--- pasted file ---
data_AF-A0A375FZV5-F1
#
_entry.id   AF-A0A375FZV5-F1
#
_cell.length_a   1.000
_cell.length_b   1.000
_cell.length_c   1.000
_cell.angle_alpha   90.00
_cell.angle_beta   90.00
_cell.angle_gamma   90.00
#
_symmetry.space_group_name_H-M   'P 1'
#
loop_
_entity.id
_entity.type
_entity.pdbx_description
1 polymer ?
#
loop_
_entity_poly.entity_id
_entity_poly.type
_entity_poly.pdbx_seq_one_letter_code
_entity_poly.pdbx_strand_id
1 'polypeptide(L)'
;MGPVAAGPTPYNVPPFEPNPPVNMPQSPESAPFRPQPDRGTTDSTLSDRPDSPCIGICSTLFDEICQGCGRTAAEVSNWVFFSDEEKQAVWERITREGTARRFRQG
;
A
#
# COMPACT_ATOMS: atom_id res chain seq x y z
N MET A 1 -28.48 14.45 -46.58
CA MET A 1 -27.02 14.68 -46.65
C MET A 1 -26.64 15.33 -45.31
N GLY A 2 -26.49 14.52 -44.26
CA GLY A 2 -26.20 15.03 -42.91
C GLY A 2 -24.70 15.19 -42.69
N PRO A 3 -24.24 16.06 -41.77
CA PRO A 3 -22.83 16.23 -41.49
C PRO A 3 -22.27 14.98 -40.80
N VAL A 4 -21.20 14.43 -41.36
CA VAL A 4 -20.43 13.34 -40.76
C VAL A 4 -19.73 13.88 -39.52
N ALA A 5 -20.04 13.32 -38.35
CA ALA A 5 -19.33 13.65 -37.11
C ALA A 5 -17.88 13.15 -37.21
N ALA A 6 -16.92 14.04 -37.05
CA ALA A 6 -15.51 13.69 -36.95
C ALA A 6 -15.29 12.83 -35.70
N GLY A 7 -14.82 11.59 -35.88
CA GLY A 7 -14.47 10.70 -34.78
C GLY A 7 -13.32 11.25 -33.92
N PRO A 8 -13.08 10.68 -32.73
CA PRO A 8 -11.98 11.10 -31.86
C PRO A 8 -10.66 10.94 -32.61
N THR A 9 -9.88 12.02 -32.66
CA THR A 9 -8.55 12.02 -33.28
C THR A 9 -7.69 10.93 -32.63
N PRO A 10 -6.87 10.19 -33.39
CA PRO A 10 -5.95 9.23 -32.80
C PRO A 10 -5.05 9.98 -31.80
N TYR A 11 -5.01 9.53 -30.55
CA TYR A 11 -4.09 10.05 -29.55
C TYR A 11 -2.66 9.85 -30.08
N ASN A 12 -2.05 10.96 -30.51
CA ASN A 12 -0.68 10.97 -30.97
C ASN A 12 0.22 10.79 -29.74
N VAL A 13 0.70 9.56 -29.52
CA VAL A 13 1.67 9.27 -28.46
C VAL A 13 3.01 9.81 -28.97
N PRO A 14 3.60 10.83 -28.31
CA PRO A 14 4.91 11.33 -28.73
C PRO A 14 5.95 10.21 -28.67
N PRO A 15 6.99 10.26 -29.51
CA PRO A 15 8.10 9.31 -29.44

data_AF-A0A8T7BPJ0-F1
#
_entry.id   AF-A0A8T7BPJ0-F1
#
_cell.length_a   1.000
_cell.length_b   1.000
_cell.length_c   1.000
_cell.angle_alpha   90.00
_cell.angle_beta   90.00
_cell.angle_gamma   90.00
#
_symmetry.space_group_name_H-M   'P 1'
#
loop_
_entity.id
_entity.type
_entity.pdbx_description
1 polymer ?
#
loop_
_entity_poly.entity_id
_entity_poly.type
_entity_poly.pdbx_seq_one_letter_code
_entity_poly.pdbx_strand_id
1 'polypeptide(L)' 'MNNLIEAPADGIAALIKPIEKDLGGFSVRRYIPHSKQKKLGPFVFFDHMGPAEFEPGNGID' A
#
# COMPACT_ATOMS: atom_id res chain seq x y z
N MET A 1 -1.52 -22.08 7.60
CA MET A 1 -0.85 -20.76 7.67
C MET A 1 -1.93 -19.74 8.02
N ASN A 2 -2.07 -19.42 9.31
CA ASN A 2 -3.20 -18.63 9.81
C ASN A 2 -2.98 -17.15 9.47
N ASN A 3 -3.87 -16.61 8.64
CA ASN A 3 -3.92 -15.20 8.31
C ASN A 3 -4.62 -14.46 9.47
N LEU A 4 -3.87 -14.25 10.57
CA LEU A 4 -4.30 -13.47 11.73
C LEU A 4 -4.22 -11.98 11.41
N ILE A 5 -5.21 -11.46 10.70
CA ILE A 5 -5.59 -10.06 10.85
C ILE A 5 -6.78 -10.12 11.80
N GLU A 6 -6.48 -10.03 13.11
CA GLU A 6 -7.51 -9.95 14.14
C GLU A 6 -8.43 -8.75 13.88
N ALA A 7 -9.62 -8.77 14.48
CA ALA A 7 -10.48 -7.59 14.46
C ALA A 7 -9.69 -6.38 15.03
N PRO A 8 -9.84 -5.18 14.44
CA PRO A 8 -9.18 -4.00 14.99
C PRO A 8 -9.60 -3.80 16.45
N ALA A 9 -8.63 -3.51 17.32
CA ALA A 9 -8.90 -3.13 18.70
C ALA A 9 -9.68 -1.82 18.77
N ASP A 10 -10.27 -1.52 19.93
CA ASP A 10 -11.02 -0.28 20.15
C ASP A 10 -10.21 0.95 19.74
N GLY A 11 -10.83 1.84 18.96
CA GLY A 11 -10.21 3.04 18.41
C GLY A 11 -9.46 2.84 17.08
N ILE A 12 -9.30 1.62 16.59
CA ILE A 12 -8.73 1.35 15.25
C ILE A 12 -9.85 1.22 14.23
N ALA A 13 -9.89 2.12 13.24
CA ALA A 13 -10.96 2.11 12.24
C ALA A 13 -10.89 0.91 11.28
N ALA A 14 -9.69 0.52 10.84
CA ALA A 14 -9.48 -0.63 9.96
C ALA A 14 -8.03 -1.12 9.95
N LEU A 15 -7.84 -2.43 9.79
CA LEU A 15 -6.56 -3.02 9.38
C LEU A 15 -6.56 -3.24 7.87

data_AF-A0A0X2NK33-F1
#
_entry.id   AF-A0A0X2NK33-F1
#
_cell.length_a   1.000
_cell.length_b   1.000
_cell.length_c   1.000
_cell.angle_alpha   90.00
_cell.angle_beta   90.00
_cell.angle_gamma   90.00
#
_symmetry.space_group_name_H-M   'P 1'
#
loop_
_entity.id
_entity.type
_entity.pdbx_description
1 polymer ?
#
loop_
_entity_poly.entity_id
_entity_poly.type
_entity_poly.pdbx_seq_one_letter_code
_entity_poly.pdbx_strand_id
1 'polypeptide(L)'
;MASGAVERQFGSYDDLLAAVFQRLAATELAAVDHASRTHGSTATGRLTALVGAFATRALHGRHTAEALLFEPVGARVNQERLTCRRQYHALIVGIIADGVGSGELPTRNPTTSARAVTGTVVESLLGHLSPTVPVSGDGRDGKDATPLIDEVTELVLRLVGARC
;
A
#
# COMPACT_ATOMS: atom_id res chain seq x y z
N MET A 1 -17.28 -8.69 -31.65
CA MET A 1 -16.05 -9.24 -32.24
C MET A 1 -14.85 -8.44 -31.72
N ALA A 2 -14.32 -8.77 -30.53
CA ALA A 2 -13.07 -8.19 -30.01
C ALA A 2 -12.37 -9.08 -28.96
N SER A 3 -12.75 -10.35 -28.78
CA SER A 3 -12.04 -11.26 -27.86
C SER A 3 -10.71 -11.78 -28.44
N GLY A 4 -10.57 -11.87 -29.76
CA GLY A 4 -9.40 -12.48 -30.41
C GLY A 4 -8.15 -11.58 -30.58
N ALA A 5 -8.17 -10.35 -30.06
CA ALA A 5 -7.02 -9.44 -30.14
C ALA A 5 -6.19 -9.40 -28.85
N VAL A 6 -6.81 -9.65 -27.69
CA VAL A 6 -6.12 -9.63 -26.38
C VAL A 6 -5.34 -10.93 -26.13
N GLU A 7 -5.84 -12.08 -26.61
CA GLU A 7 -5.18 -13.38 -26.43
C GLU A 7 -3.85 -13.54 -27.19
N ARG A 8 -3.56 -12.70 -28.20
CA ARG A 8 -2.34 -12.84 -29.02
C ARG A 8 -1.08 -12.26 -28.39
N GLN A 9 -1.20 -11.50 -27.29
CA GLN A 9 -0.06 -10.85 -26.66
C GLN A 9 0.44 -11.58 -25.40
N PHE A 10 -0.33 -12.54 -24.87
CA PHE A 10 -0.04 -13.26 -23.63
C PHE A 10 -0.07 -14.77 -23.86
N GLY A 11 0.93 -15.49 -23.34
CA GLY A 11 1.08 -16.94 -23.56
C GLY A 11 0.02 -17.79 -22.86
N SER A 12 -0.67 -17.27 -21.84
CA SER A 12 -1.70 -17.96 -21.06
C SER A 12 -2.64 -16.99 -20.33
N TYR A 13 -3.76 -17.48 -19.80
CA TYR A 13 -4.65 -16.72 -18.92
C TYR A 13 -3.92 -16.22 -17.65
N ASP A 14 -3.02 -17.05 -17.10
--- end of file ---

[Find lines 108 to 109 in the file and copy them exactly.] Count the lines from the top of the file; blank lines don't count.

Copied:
N ASN A 3 -3.87 -16.61 8.64
CA ASN A 3 -3.92 -15.20 8.31